Criminal Liability

AQA LAW 

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  • Criminal Liability
    • Criminal  Law is concerned with the liability of an individual, society and or the state.
      • Some forms  of conduct such as murder have always been considered criminal. Other  conducts were criminal in the past but are no longer criminal. some activities like possessing some types of drugs are know criminal.
        • Actus Reus
          • Actus reus is volouantary delibarate Act. A criminal offence usaully reuires both a guilty mind (Actus rues and a guilty mind (Mens rea)
            • The Actus reus of a crime is the volountary delibarate act of the defendant.
              • The Actus rues is any Act is unlawful and has the consequence of causing an injury ti the victim that the law considers a wound or grievous bodily harm. this can range from a gun shot to to a punch in the head. all these appear to be volountary deliberate Acts of the defendant and so would form the Actus reus of Section 20.
                • There are however different considerations when; the act appears to be involuntary or there has been no positive act, merely a failure to act An Omission
                  • Involuntary Acts
                    • Everybody performs involuntary Acts such as closing your eyes when sneezing. This can bee seen in the Hil vs Baxter 1958. in this case the court gave examples of situations where a driver of a car would not be driving voluntary. these included being stung by a swarm of bees and being hit on the head with a stone. Such actions would not form the Actus reus of a crime.
                      • Omimisions
                        • An omission being a failure to act os not an Act. the law only makes a person liable for his or her failure to act where he or she has a duty to act. The duty can arise in a number of ways
                          • Duty arising from contract. this occurs when a failure to perform a contractual obligation endangers a life. In R V Pittwood 1902 a railway cross gatekeeper opened the gate and forgot to close it. 10 minutes later a hay cart crossing the line was struck by a train and the driver was killed. the gatekeeper was convicted of manslaughter on the ground that there was gross and criminal negligence  as the man was paid to keep the gate shut and protect the public.
                            • Duty arising from Statute. An act of Parliment can make it an offence to fail to act in defined circumstances. for example under S.1 of the Children and Young Persons Act 1933, the House of Lords ruled that the actus reus of a the offence is simply the failure fro whatever reason provide the child with the necessary medical care. Other examples include offences under the Road Traffic  Act 1988 such as failure to wear a seatbelt or failure to stop and report a road accident.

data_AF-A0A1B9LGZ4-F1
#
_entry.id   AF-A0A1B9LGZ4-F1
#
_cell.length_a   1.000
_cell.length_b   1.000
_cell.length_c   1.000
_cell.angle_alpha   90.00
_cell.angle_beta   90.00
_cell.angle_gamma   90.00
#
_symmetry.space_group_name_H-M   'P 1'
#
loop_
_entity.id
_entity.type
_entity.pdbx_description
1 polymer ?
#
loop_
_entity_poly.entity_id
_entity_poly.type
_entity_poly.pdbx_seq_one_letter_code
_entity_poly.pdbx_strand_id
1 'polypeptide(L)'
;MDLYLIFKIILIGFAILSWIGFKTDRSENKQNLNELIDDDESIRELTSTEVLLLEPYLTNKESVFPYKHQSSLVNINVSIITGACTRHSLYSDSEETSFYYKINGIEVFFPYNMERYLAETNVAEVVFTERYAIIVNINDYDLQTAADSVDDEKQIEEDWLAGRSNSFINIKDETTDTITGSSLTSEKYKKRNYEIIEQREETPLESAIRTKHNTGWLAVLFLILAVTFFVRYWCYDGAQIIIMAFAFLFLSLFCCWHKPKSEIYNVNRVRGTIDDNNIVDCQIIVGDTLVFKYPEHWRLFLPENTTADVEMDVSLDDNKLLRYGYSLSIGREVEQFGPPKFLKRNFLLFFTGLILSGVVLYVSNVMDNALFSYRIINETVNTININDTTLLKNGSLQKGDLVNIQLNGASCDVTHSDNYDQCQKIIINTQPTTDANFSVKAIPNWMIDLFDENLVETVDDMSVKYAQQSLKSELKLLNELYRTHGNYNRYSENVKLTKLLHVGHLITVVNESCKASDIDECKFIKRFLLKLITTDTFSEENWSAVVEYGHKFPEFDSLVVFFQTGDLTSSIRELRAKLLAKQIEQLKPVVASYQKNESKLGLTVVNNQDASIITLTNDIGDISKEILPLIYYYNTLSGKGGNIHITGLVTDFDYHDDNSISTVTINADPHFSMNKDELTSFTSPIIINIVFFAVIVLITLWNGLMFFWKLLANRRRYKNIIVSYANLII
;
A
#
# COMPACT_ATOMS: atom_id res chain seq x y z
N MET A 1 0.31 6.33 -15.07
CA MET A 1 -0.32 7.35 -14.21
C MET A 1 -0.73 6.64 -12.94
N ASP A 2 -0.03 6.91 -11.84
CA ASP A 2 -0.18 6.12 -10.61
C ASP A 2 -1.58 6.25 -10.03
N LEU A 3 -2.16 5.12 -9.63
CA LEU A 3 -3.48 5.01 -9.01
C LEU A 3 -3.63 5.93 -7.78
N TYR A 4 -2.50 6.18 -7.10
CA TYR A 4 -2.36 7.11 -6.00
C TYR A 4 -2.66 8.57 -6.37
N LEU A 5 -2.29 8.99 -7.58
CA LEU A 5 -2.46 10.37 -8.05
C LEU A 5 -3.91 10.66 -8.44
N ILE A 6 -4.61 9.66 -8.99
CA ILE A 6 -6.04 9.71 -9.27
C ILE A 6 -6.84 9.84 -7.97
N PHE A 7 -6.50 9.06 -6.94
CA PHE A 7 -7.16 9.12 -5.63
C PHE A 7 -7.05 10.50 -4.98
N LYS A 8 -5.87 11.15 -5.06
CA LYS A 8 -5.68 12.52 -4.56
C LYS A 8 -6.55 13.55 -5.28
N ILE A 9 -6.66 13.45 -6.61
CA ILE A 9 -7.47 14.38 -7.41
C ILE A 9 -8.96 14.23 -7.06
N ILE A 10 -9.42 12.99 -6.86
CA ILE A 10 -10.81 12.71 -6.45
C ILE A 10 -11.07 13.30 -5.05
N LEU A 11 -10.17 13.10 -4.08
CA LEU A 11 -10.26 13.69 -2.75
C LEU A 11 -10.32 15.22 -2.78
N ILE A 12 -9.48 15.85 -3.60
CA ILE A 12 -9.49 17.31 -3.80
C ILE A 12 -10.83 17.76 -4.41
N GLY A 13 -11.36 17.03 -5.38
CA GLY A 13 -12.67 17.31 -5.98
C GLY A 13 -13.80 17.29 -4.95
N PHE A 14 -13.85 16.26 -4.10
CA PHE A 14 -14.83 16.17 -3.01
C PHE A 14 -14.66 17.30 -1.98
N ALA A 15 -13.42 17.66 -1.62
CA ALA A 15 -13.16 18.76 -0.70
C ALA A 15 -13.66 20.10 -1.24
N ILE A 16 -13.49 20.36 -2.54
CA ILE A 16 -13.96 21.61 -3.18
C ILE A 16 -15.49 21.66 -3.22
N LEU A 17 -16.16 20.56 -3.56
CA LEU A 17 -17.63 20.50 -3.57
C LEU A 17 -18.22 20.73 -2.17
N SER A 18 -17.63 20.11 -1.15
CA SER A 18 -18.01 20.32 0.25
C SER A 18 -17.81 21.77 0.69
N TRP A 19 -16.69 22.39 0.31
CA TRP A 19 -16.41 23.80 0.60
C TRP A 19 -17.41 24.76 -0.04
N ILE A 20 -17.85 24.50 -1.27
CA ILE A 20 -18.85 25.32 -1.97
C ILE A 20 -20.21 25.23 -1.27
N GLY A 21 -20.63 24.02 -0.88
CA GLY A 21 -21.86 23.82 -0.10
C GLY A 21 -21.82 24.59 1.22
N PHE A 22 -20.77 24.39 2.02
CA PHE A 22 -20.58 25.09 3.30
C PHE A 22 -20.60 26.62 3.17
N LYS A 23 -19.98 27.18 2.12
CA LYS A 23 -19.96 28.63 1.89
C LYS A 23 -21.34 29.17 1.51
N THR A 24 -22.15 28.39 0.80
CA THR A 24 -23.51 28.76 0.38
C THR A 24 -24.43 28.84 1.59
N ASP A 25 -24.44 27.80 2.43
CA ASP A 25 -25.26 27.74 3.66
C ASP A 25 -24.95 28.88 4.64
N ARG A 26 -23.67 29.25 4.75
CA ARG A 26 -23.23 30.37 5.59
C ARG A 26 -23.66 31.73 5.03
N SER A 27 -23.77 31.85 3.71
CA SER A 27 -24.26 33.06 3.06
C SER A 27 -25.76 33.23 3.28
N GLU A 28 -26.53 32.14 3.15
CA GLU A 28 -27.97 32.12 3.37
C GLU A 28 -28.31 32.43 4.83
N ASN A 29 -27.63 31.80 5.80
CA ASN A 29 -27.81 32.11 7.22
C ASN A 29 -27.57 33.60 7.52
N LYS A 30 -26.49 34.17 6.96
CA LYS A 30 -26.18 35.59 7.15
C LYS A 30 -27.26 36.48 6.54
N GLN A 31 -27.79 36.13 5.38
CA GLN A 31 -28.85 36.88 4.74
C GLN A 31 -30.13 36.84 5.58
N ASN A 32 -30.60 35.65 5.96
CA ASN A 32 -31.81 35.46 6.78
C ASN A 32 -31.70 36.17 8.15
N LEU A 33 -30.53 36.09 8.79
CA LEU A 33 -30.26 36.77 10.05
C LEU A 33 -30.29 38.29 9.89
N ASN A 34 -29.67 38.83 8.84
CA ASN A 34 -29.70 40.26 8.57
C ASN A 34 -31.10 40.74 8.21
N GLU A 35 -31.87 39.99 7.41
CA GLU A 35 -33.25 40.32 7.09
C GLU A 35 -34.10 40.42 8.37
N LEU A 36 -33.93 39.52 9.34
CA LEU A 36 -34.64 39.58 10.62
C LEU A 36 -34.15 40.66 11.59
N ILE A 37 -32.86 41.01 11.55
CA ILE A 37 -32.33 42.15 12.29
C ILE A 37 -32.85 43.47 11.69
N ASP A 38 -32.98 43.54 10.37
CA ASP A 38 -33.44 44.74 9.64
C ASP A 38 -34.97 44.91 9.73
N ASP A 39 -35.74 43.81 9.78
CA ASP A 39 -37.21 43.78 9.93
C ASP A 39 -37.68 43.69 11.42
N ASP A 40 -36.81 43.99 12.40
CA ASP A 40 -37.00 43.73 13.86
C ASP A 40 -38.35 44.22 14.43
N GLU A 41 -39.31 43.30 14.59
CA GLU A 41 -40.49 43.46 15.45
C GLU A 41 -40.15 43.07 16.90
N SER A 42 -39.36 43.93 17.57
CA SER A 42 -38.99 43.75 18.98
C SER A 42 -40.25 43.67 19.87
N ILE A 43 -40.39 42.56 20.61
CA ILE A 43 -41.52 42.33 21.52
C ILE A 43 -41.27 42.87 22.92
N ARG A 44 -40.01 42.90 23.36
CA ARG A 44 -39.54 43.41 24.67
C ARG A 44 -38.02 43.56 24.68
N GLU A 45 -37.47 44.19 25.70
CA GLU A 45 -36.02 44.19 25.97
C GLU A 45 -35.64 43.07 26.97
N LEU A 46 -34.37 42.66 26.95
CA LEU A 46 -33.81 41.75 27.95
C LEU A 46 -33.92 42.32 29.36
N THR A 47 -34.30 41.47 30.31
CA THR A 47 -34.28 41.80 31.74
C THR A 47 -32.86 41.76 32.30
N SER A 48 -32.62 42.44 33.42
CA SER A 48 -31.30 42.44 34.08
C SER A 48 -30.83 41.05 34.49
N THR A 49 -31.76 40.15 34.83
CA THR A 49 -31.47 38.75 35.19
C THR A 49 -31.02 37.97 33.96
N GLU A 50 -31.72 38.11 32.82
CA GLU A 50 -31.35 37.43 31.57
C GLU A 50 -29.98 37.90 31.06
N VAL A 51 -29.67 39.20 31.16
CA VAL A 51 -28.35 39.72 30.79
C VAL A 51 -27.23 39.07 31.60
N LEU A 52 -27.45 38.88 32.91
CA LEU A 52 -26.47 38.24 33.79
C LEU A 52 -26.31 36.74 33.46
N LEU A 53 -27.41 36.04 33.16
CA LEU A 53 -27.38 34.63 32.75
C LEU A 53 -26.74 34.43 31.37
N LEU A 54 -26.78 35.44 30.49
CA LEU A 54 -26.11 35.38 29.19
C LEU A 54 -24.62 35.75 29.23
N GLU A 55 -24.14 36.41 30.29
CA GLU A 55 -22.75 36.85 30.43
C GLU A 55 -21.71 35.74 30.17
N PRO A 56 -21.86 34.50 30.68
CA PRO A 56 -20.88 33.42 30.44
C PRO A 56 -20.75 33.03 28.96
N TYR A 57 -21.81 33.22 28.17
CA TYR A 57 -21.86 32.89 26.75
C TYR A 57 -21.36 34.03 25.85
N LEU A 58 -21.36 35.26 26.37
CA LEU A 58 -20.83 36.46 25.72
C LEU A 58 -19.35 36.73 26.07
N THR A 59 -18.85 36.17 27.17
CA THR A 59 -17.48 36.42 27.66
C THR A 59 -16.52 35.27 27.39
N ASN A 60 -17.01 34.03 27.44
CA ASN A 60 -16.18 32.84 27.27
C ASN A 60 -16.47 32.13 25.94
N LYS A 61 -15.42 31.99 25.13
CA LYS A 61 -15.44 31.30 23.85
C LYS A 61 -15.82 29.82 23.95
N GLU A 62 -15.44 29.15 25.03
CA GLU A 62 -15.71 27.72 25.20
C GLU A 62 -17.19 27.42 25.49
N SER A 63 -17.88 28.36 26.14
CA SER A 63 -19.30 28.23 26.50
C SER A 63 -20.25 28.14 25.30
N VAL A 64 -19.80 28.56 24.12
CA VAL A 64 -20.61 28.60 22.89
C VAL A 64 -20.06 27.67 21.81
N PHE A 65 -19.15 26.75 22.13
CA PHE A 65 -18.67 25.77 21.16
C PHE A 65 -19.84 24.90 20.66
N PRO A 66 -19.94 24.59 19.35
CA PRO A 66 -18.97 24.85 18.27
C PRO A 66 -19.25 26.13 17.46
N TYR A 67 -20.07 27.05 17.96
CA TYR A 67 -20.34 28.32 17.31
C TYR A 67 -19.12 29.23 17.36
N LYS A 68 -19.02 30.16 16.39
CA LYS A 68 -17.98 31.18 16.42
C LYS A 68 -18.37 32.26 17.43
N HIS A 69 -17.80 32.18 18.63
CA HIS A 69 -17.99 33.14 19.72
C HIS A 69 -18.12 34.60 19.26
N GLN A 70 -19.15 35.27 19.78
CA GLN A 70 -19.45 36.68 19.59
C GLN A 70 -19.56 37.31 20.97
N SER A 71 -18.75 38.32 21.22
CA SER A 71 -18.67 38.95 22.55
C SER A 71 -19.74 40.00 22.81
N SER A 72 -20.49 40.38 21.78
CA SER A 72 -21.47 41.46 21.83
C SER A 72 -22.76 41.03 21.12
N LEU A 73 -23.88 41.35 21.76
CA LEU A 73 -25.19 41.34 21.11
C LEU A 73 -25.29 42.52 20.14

• Volountary assumption of a duty. If someone volounatryilytakes a responsability for another person, he or she also assumes the positive duty to act for the general welfare of that person. In R v Stone and Dobinson1977 an unmarried cohabiting couple invited Stones sister, who was anorexic to live with them. Althoug Stone and Dobinson were aware that the women was neglecting herself and that her health was deteriorating, they did nothing to assisther.eventually she died and Stone and Dobinson were convicte of her masnluaghter. they assumed a duty of care for her.
                                • dutty arising from prior conduct. if the defendant accidentally causes an act the causes harm, subsequentyk becomes aware of the danger created, there arises a duty to act reasonably to avert that danger. In R v Miller 1983the actus reus of the offence of arson is present if the defendant accidentally starts a fire and fails to take any steps to extuinguish it or prevent damage, due to a intention to destroy or damage property belonging to another or being reckless regarding whether any such property would be destroyed or damaged as in this case. the defendant by his own admission became ware of the fire and chose to do nothing.when Miller realised he had started a fire, he had tried to phone the fire brigade or had allerted the neighbours, he would not have incurred criminal liability.